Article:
The JLM is probably what I would choose in your situation as well. The only other one I can think of that I would use is the "True Systems" 8 channel pre.
     
  9. Screws

    Screws Active Member

    Actually, the Seventh Circle Audio version of the 1272 has 70db of gain.
     
  10. sdevino

    sdevino Active Member

    Here are another couple of things to consider:

    Buy a used broadcast or side car type board and rebuild 8 channels. If you are really an EE than you know how to beef up, ground power supply rails and component quality. Using a used board to start with gets you a case and the connectors you need.

    If you go DIY, you might consider doing different flavors i.e:
    - 2 channels of API (its pretty easy to find an API OPAMP
    - 2 Channels of the very John Hardy like Jensen design with servo FB
    - 2 channels of aggressive tube
    - 2 channels of class A tube.

    Steve
     
  11. sdevino

    sdevino Active Member

    Is there any reason why you want the room to be anechoic? If the room is really small and sounds like crap I guess its a reasonable tradeoff. But have you tried running some RT60 spreadsheets to see if you couldn't have a slightly live room using normal construction materials?

    Its not that hard. And it feels a lot better to play or sing in a room that has decent RT60 performance.
     
  12. grega60438

    grega60438 Guest

    I agree completely a live to dead mix creates the best sound. Especially if you can achieve early reflections.
    The recording room is 24x18 feet. The floor is concrete. The walls are not really completely anechoic. It is bit hard to describe so maybe a picture will do better.
    X = anechoic 3.5" depth
    - = drywall
    ignore the periods as this was the only way I could do the drawing.

    XXXXX--------------XX-XX-XXXXX-XX-XXXXX-XX-XX--|
    XXXXX...................................................................|
    XXXXX..................................................................X
    XXXXX..................................................................X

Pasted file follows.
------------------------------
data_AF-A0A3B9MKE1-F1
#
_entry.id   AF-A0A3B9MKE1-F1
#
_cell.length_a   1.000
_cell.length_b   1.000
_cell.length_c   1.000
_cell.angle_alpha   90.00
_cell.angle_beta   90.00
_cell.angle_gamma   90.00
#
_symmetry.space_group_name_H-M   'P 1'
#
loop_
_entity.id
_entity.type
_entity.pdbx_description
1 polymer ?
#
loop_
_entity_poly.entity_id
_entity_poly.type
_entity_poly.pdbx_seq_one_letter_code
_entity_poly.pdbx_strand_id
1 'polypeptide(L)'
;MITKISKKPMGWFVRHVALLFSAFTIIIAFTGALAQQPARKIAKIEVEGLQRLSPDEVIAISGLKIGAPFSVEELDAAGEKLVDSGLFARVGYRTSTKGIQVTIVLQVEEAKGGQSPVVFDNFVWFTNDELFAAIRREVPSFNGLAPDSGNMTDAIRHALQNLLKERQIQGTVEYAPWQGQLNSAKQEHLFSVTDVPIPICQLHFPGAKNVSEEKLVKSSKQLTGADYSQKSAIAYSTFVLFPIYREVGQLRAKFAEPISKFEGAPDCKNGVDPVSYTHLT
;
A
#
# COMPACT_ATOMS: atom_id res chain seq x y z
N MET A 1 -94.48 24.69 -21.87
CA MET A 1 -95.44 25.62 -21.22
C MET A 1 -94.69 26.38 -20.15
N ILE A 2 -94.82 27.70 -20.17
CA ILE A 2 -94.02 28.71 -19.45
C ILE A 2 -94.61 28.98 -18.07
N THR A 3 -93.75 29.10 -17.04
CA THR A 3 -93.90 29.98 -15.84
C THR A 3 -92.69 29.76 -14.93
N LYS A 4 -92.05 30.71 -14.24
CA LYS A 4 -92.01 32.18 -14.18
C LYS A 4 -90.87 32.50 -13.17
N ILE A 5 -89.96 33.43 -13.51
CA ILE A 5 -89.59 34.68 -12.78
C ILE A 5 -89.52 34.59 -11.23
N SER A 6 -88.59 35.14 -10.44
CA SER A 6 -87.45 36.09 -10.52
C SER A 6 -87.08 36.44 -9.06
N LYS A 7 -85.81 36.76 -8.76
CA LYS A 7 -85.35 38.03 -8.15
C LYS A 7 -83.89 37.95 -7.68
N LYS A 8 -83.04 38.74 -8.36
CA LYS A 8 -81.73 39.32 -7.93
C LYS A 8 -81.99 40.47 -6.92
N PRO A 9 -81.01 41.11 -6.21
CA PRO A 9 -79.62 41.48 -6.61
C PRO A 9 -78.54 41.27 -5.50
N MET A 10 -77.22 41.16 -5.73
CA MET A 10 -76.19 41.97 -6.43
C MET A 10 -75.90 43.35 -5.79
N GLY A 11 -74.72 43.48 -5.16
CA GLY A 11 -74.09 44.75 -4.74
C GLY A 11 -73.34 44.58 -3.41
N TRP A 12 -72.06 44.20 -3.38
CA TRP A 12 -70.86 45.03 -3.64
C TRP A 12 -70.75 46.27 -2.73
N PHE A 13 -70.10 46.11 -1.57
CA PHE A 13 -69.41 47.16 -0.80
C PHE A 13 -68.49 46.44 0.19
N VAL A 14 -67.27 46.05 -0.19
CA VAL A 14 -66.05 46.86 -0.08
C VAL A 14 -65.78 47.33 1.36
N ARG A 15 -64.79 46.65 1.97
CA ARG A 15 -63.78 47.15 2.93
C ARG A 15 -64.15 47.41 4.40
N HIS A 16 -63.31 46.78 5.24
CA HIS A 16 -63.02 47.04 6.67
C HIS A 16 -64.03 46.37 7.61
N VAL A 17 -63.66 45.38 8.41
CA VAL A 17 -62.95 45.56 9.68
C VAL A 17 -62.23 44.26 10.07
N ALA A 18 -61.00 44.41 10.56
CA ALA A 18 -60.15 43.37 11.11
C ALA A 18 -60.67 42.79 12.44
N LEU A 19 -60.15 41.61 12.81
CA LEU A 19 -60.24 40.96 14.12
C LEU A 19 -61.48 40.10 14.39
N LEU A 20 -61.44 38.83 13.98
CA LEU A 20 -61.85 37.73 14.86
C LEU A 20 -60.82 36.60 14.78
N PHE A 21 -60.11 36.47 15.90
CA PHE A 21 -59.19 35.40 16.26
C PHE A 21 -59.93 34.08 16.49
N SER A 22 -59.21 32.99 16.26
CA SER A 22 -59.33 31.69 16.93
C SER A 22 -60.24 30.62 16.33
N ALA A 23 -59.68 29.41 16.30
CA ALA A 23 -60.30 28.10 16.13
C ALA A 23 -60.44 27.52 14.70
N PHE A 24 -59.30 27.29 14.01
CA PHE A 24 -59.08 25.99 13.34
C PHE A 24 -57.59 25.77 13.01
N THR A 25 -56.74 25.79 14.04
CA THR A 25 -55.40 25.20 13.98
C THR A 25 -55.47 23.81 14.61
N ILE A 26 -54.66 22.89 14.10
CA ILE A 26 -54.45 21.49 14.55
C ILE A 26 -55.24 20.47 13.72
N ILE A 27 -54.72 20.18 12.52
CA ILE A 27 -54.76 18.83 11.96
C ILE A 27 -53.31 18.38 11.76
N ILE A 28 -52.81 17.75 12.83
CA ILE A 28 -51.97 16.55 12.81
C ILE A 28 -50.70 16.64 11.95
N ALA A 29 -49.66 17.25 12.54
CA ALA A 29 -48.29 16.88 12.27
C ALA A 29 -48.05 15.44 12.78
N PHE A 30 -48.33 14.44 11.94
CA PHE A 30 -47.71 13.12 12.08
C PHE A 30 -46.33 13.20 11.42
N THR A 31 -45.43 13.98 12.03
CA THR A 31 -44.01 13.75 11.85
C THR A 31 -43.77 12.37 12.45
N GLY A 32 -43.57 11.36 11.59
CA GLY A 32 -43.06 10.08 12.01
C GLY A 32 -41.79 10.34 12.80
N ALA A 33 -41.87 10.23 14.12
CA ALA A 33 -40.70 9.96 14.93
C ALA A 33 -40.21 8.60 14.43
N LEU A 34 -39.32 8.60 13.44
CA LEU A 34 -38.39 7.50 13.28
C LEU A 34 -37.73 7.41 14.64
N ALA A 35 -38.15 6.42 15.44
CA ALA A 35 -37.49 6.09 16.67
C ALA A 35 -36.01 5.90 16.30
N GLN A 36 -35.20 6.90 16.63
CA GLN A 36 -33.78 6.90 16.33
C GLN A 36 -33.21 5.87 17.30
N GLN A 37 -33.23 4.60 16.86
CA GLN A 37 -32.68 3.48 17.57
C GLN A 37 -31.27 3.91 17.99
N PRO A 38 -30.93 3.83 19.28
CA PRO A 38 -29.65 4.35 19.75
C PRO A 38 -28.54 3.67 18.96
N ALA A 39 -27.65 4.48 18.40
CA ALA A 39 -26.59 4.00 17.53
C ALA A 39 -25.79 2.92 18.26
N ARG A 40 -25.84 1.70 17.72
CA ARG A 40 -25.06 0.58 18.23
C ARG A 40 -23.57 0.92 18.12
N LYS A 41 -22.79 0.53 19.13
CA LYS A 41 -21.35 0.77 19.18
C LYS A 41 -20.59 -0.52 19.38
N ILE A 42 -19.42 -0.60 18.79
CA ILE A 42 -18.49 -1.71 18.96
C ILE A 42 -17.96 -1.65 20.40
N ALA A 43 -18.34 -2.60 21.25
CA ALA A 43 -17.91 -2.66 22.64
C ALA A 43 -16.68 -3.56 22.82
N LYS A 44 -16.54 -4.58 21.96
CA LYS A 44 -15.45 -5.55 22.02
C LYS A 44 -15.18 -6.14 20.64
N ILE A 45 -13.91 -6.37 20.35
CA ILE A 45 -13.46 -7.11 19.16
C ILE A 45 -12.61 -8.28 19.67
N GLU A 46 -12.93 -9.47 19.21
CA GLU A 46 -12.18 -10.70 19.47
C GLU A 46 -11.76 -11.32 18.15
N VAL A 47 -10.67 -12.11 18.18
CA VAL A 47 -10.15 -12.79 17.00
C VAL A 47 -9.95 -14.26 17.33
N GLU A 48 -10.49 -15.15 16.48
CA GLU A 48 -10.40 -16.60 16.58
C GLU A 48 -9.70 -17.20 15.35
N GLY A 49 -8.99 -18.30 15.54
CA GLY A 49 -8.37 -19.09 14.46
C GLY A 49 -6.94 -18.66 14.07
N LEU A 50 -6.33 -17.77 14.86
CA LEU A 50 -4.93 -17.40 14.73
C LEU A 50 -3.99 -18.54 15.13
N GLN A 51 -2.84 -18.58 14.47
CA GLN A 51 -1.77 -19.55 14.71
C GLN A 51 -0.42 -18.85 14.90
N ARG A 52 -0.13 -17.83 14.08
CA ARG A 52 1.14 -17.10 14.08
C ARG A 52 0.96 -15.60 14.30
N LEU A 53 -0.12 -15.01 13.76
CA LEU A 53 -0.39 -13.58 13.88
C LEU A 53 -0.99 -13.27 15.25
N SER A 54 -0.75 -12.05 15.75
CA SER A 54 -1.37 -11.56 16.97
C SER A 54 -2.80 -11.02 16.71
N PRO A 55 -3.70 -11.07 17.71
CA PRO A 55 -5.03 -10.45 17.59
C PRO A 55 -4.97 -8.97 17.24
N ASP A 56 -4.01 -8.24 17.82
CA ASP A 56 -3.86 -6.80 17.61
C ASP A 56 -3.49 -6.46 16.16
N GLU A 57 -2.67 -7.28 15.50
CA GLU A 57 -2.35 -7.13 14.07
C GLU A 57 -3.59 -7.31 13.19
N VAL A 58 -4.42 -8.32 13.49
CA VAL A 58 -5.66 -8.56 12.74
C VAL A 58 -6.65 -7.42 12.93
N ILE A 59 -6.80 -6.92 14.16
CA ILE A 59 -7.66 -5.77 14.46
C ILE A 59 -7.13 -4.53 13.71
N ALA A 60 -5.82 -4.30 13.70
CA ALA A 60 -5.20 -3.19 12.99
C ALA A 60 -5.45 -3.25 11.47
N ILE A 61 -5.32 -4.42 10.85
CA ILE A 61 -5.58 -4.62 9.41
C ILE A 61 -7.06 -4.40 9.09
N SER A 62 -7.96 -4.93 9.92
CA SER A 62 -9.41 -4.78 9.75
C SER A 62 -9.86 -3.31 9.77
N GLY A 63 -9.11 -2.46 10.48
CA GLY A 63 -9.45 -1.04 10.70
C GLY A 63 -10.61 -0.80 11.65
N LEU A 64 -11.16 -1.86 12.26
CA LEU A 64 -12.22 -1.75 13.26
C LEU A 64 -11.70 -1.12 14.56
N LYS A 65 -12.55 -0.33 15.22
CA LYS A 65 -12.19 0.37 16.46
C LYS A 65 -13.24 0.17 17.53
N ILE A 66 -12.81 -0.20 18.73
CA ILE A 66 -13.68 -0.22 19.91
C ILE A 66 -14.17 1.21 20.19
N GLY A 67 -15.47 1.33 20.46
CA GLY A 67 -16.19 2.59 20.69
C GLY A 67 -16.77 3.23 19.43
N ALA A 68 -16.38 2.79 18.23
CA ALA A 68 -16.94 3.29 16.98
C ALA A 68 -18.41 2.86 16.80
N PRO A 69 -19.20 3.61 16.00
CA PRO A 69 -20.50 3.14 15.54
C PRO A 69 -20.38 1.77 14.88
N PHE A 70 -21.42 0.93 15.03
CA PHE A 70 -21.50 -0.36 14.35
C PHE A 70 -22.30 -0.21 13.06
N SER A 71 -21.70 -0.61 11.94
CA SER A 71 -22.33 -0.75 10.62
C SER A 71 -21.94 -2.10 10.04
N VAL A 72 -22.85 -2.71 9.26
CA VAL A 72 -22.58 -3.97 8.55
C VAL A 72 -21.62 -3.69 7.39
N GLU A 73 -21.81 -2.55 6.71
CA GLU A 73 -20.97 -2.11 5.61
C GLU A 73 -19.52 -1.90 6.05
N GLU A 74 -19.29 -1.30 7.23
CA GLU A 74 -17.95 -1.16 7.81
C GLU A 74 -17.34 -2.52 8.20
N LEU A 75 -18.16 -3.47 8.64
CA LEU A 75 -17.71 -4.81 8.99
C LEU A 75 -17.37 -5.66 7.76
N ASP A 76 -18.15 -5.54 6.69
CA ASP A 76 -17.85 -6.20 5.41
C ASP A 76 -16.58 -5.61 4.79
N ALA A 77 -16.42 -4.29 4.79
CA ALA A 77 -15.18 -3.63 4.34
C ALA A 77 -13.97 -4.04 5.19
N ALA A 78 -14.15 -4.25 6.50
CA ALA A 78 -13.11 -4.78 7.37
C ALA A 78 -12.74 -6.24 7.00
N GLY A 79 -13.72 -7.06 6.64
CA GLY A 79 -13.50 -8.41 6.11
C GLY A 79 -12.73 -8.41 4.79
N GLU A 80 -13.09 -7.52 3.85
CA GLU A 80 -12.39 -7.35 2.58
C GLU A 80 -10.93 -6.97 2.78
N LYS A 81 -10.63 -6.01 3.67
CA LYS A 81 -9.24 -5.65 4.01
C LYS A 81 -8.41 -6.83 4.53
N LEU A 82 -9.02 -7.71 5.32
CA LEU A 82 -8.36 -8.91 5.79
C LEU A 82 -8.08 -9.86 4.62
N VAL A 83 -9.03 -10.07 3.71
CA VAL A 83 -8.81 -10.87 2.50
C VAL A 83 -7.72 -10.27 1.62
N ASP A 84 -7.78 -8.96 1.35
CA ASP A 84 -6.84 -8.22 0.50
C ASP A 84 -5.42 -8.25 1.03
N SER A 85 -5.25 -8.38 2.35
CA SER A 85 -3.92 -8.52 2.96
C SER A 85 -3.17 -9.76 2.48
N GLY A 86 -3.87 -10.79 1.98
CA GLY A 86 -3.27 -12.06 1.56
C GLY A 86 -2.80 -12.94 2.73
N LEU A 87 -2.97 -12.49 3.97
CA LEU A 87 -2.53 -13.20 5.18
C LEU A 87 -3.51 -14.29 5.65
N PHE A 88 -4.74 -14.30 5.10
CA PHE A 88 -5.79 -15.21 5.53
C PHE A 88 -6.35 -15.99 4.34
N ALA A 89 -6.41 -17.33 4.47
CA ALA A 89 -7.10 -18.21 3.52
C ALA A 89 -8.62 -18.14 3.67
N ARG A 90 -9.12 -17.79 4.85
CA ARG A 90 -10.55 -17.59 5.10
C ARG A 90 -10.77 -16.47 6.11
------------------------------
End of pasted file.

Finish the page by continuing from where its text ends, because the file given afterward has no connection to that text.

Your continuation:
XXXXX..................................................................X
    XXXXX..................................................................X
    XXXXX...................................................................|
    XXXXX...................................................................|
    XXXXX..................................................................X
    XXXXX..................................................................X
    XXXXX..................................................................X
    XXXXX..................................................................X
    XXXXX...................................................................|
    XXXXX---DOOR---XXXXX-XX-XX-XXXXX-WINDOW--|
    1.5'
    DEEP..................<--------- anechoic ceiling-------->|

    |<------------------------24 feet------------------------->|


    The window is for the mixing control room. The mixing control room is 6x24 feet and completely anechoic.
    So as you can see really only about 2/3rds of the area is almost anechoic.
    The anechoic area is really only 2/3rds anechoic. The anechoic walls alternate about 2 feet anechoic then 1 foot drywall. The ceiling in this area is completely anechoic. The alternating anechoic and live serves to give early reflections.
    I also have the ability to move from partially anechoic to almost live.